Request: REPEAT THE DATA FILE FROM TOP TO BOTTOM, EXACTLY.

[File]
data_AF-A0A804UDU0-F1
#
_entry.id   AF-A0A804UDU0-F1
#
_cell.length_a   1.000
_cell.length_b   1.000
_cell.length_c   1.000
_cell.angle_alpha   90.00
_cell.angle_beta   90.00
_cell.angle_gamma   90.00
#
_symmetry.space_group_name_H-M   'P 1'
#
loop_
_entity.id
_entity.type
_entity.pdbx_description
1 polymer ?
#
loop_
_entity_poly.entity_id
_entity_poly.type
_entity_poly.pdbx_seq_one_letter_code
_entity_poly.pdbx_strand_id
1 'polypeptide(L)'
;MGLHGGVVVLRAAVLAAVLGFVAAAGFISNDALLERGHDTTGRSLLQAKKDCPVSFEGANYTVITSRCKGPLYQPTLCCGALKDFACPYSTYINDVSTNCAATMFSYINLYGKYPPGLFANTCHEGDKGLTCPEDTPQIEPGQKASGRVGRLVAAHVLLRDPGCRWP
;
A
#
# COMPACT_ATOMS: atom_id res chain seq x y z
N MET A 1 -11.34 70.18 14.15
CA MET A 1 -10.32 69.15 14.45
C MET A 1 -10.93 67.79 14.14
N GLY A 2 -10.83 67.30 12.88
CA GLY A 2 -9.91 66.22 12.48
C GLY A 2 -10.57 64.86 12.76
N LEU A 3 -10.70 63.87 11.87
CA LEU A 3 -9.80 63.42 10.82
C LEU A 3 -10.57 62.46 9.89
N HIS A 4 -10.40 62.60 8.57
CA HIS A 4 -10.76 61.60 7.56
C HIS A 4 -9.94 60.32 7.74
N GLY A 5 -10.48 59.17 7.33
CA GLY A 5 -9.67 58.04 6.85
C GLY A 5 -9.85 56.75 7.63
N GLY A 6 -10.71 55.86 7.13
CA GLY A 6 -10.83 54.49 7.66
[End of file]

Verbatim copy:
data_AF-A0A804UDU0-F1
#
_entry.id   AF-A0A804UDU0-F1
#
_cell.length_a   1.000
_cell.length_b   1.000
_cell.length_c   1.000
_cell.angle_alpha   90.00
_cell.angle_beta   90.00
_cell.angle_gamma   90.00
#
_symmetry.space_group_name_H-M   'P 1'
#
loop_
_entity.id
_entity.type
_entity.pdbx_description
1 polymer ?
#
loop_
_entity_poly.entity_id
_entity_poly.type
_entity_poly.pdbx_seq_one_letter_code
_entity_poly.pdbx_strand_id
1 'polypeptide(L)'
;MGLHGGVVVLRAAVLAAVLGFVAAAGFISNDALLERGHDTTGRSLLQAKKDCPVSFEGANYTVITSRCKGPLYQPTLCCGALKDFACPYSTYINDVSTNCAATMFSYINLYGKYPPGLFANTCHEGDKGLTCPEDTPQIEPGQKASGRVGRLVAAHVLLRDPGCRWP
;
A
#
# COMPACT_ATOMS: atom_id res chain seq x y z
N MET A 1 -11.34 70.18 14.15
CA MET A 1 -10.32 69.15 14.45
C MET A 1 -10.93 67.79 14.14
N GLY A 2 -10.83 67.30 12.88
CA GLY A 2 -9.91 66.22 12.48
C GLY A 2 -10.57 64.86 12.76
N LEU A 3 -10.70 63.87 11.87
CA LEU A 3 -9.80 63.42 10.82
C LEU A 3 -10.57 62.46 9.89
N HIS A 4 -10.40 62.60 8.57
CA HIS A 4 -10.76 61.60 7.56
C HIS A 4 -9.94 60.32 7.74
N GLY A 5 -10.48 59.17 7.33
CA GLY A 5 -9.67 58.04 6.85
C GLY A 5 -9.85 56.75 7.63
N GLY A 6 -10.71 55.86 7.13
CA GLY A 6 -10.83 54.49 7.66